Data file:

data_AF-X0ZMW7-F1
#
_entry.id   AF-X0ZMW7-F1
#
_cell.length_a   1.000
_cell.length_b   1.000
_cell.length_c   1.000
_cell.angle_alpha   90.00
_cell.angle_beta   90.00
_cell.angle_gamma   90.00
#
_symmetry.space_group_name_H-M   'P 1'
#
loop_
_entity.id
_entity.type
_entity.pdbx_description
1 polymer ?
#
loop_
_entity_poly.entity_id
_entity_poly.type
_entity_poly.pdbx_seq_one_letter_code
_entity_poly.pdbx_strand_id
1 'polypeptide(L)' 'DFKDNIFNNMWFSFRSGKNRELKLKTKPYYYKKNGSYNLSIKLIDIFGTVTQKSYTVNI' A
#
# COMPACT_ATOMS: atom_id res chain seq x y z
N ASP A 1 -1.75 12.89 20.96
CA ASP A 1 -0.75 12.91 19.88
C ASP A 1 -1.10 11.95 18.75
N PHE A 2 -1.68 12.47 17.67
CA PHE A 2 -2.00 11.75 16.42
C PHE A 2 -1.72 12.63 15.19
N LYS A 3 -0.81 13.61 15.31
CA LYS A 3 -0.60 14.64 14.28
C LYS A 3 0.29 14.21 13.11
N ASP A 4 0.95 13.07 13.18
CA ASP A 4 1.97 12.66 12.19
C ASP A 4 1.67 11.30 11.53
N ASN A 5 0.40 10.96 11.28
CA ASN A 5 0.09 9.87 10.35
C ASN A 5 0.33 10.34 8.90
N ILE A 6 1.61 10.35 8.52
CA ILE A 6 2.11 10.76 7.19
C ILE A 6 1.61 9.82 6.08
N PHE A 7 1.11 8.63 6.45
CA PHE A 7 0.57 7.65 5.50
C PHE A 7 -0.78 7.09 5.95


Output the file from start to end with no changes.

data_AF-X0ZMW7-F1
#
_entry.id   AF-X0ZMW7-F1
#
_cell.length_a   1.000
_cell.length_b   1.000
_cell.length_c   1.000
_cell.angle_alpha   90.00
_cell.angle_beta   90.00
_cell.angle_gamma   90.00
#
_symmetry.space_group_name_H-M   'P 1'
#
loop_
_entity.id
_entity.type
_entity.pdbx_description
1 polymer ?
#
loop_
_entity_poly.entity_id
_entity_poly.type
_entity_poly.pdbx_seq_one_letter_code
_entity_poly.pdbx_strand_id
1 'polypeptide(L)' 'DFKDNIFNNMWFSFRSGKNRELKLKTKPYYYKKNGSYNLSIKLIDIFGTVTQKSYTVNI' A
#
# COMPACT_ATOMS: atom_id res chain seq x y z
N ASP A 1 -1.75 12.89 20.96
CA ASP A 1 -0.75 12.91 19.88
C ASP A 1 -1.10 11.95 18.75
N PHE A 2 -1.68 12.47 17.67
CA PHE A 2 -2.00 11.75 16.42
C PHE A 2 -1.72 12.63 15.19
N LYS A 3 -0.81 13.61 15.31
CA LYS A 3 -0.60 14.64 14.28
C LYS A 3 0.29 14.21 13.11
N ASP A 4 0.95 13.07 13.18
CA ASP A 4 1.97 12.66 12.19
C ASP A 4 1.67 11.30 11.53
N ASN A 5 0.40 10.96 11.28
CA ASN A 5 0.09 9.87 10.35
C ASN A 5 0.33 10.34 8.90
N ILE A 6 1.61 10.35 8.52
CA ILE A 6 2.11 10.76 7.19
C ILE A 6 1.61 9.82 6.08
N PHE A 7 1.11 8.63 6.45
CA PHE A 7 0.57 7.65 5.50
C PHE A 7 -0.78 7.09 5.95